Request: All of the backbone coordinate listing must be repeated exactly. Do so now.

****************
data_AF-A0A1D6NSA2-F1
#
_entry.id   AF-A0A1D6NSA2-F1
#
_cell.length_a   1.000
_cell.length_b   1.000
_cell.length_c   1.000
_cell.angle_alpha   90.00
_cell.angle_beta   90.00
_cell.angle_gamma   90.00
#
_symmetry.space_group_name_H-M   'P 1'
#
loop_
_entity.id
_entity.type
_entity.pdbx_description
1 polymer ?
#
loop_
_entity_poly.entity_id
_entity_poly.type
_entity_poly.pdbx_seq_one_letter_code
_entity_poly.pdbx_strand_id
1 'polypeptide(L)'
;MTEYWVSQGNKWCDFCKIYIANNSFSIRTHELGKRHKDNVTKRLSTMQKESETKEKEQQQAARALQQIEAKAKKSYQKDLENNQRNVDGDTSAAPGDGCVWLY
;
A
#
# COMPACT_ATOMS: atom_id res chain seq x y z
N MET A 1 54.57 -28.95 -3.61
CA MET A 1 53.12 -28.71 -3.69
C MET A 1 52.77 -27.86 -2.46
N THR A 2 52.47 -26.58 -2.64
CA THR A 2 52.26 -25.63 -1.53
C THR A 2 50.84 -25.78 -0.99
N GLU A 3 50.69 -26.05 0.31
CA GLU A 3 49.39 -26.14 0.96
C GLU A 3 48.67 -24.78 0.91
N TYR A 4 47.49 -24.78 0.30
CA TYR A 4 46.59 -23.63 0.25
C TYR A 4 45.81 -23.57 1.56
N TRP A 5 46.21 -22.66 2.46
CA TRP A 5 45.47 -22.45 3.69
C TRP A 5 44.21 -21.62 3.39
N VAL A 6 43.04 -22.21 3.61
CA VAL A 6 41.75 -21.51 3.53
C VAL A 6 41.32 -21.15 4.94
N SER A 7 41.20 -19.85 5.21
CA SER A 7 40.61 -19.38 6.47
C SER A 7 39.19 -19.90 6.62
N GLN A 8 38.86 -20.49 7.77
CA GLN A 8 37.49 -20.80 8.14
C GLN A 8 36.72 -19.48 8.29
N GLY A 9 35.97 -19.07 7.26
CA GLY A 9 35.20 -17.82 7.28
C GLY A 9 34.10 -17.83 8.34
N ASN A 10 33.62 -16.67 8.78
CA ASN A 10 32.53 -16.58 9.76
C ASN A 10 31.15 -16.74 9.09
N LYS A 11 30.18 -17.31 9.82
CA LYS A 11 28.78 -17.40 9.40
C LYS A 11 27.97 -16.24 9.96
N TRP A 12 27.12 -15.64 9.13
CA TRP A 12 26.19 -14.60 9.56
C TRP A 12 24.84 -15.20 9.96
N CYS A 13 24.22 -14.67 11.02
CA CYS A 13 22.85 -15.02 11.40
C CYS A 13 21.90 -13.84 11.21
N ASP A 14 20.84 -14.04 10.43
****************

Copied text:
data_AF-A0A1D6NSA2-F1
#
_entry.id   AF-A0A1D6NSA2-F1
#
_cell.length_a   1.000
_cell.length_b   1.000
_cell.length_c   1.000
_cell.angle_alpha   90.00
_cell.angle_beta   90.00
_cell.angle_gamma   90.00
#
_symmetry.space_group_name_H-M   'P 1'
#
loop_
_entity.id
_entity.type
_entity.pdbx_description
1 polymer ?
#
loop_
_entity_poly.entity_id
_entity_poly.type
_entity_poly.pdbx_seq_one_letter_code
_entity_poly.pdbx_strand_id
1 'polypeptide(L)'
;MTEYWVSQGNKWCDFCKIYIANNSFSIRTHELGKRHKDNVTKRLSTMQKESETKEKEQQQAARALQQIEAKAKKSYQKDLENNQRNVDGDTSAAPGDGCVWLY
;
A
#
# COMPACT_ATOMS: atom_id res chain seq x y z
N MET A 1 54.57 -28.95 -3.61
CA MET A 1 53.12 -28.71 -3.69
C MET A 1 52.77 -27.86 -2.46
N THR A 2 52.47 -26.58 -2.64
CA THR A 2 52.26 -25.63 -1.53
C THR A 2 50.84 -25.78 -0.99
N GLU A 3 50.69 -26.05 0.31
CA GLU A 3 49.39 -26.14 0.96
C GLU A 3 48.67 -24.78 0.91
N TYR A 4 47.49 -24.78 0.30
CA TYR A 4 46.59 -23.63 0.25
C TYR A 4 45.81 -23.57 1.56
N TRP A 5 46.21 -22.66 2.46
CA TRP A 5 45.47 -22.45 3.69
C TRP A 5 44.21 -21.62 3.39
N VAL A 6 43.04 -22.21 3.61
CA VAL A 6 41.75 -21.51 3.53
C VAL A 6 41.32 -21.15 4.94
N SER A 7 41.20 -19.85 5.21
CA SER A 7 40.61 -19.38 6.47
C SER A 7 39.19 -19.90 6.62
N GLN A 8 38.86 -20.49 7.77
CA GLN A 8 37.49 -20.80 8.14
C GLN A 8 36.72 -19.48 8.29
N GLY A 9 35.97 -19.07 7.26
CA GLY A 9 35.20 -17.82 7.28
C GLY A 9 34.10 -17.83 8.34
N ASN A 10 33.62 -16.67 8.78
CA ASN A 10 32.53 -16.58 9.76
C ASN A 10 31.15 -16.74 9.09
N LYS A 11 30.18 -17.31 9.82
CA LYS A 11 28.78 -17.40 9.40
C LYS A 11 27.97 -16.24 9.96
N TRP A 12 27.12 -15.64 9.13
CA TRP A 12 26.19 -14.60 9.56
C TRP A 12 24.84 -15.20 9.96
N CYS A 13 24.22 -14.67 11.02
CA CYS A 13 22.85 -15.02 11.40
C CYS A 13 21.90 -13.84 11.21
N ASP A 14 20.84 -14.04 10.43